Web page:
Busch's actions hurt team, too

With Kurt Busch suspension, Phoenix Racing, owner James Finch also suffer after Ryan Newman incident at Darlington at reporter run-in at Dover.

It’s been less than six months since Phoenix Racing team owner James Finch made a handshake deal with driver Kurt Busch.

Finch took a chance on Busch after the driver parted ways with Penske Racing. For Finch, it was an opportunity to benchmark his single-car operation against the powerhouses in the sport with a former champion, one who has 24 career wins on a variety of tracks.

For Busch, it was a fresh start – and a chance to prove himself again – on and off the track.

But after two highly publicized incidents – the first with Ryan Newman at Darlington in May and last Saturday’s exchange with a reporter at Dover that resulted in Monday’s 10-day suspension – Finch’s patience is running thin.

“He hasn’t shown that he can change,” Finch said. “And we don’t have a sponsor yet. Between the Cup and Nationwide cars, he’s wrecked 14 times. My guys are working night and day to repair cars. This can’t continue to go on. They have done everything they can for Kurt, now he has to do something for himself.”

NASCAR sidelined Busch from this weekend’s activities at Pocono Raceway with a suspension that won’t be lifted until June 13.

Considering that Busch was on probation and made an implied threat to a reporter, the sanctioning body had no choice other than to suspend the 2004 Sprint Cup champion.

Busch agreed.

“I accept NASCAR’s decision,” Busch said in a statement. “I put them in a box, they had to take action and it’s my fault for putting them in this position. I apologize for the comments I made to (Sporting News reporter) Bob Pockrass.”

Nick Harrison, crew chief for Phoenix Racing, still supports his driver. Since Saturday’s diatribe occurred following the Nationwide race, Harrison contends it wasn’t “his business.” However, the consequences will have a direct effect on the No. 51 race team this weekend as they scramble to change seats and acclimate to a new driver.

“The whole deal has been blown out of proportion,” Harrison said. “Kurt’s under the microscope right now and I just wish people would leave him alone and let him do his job. Yes, Kurt has a strong personality, but when he’s out of the car, he’s just one of the guys. He’s one of us. That’s hard to find in the garage these days.

“Sure, he gets mad on the radio but I can’t say a lot of it wasn’t deserved. We’ve let him down at times this year. This sport is hard. It’s very competitive. We put our blood and guts into it and when things go the wrong way, it’s tough. I know. I’m a high emotion guy, too.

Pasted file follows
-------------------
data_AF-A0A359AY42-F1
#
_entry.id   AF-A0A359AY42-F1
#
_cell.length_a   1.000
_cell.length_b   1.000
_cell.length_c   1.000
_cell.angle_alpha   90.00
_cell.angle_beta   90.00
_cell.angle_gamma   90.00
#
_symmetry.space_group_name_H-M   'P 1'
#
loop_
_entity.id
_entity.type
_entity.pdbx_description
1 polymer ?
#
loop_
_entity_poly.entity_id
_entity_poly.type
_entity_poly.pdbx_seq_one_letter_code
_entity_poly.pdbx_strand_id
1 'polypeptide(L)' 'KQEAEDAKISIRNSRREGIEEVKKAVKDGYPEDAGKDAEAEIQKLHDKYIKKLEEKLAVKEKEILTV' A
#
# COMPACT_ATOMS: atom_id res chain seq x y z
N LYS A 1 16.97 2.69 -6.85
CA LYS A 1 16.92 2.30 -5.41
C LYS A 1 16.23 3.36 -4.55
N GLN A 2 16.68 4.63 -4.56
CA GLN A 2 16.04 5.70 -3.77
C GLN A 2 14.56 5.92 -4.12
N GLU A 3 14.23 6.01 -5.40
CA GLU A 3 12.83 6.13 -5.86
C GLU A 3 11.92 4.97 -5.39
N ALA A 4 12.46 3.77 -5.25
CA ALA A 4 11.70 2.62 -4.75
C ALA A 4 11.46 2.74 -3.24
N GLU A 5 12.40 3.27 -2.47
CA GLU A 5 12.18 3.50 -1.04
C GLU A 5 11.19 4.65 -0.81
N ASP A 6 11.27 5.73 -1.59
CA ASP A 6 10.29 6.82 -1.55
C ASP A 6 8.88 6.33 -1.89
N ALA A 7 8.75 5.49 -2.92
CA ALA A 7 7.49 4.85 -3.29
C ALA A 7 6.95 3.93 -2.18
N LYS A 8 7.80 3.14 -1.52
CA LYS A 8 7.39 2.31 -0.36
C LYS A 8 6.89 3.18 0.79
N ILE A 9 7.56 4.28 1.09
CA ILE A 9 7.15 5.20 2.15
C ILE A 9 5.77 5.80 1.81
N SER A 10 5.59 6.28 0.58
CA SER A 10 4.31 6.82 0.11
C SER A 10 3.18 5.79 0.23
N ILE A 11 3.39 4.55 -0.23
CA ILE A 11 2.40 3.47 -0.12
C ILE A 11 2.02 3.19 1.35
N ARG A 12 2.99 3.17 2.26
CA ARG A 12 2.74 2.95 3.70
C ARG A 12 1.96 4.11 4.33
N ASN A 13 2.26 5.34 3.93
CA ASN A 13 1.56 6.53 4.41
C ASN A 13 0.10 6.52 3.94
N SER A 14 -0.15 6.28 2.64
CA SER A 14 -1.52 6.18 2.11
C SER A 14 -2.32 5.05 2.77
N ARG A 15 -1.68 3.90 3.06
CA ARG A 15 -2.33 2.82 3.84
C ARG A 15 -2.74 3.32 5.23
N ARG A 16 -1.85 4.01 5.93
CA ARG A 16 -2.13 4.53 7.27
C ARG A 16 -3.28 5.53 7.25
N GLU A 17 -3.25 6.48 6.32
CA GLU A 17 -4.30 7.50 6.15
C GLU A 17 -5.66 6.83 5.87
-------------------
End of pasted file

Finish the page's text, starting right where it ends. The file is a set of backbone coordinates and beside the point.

“What I admire most about Kurt is how real he is. There are a lot of drivers that just turn it on for the camera. That’s fake. That’s part of the problem with our sport right now. Kurt gives the cameras real live action – in living color. But that’s the real Kurt.”

In a sport that’s often criticized for vanilla athletes, Busch’s only choice is to assimilate. It’s also his only hope of ever attracting future sponsorship and satisfying the sanctioning body.

Certainly, the NASCAR-imposed timeout should get Busch’s attention. It would be unfortunate, however, if Busch returned at Michigan on June 14 a shell of his former self. After NASCAR parked his brother Kyle for two races, his personality all but disappeared in public.

While NASCAR still seems to tolerate Tony Stewart’s attacks on the media it’s clear that the Busch brothers operate under a different set of rules. Stewart, 41, who had physical confrontations with media in his younger years but has toned his language down as an owner, says “it gets hard to shake that (bad boy) label”.

“You can work hard to do the right things and say the right things but you do one thing and everybody says you’re going right back to it,” Stewart said. “You look at what happens at football games and basketball games and you watch these guys and what happens with us gets so blown out of proportion.

“I guess it’s a compliment to us as drivers that the little things get made out to be such a big deal. I still believe that there are so many more positives that goes on than the negatives that happens on the weekends with guys, occasionally, it gets overshadowed.”

Finch has a meeting set up with Busch for next Tuesday – the day before the driver’s suspension expires. Finch completely believes in Busch’s talent. He jokes that the driver has “tiger blood.” But there has to be a balance between the passion Busch has inside of the race car and the ability to control himself when he climbs out.

“He needs to watch his mouth,” Finch said. “You need to be nice to people in life. If you were mean to everybody, what kind of world would it be?

“And I think the media needs to back off a little bit. They need to stop agitating him. I mean, what can I do? Put a muzzle on him when he gets out of the car? Hide him in a box? He’s got the most talent out there right now. But he’s been over-driving the car and he needs to settle down, win a race or two and let things settle down.

“If he changes, someone will have a cherry … but if I miss the cherry, then I’ll have a long way to go to come back.”

Finch reached out to representatives for Brian Vickers and David Reutimann on Monday to check on the drivers’ availability for this weekend’s race at Pocono which kicks off with two days of testing on Wednesday and Thursday. Next week is shortened as well with a Michigan test planned for Thursday on the newly repaved two-mile track. Finch has Busch’s best interests in mind, but must do what’s right for the team.

“I’ll sit down with him on Tuesday and decide what to do,” Finch said. “But he’s running out of options.”

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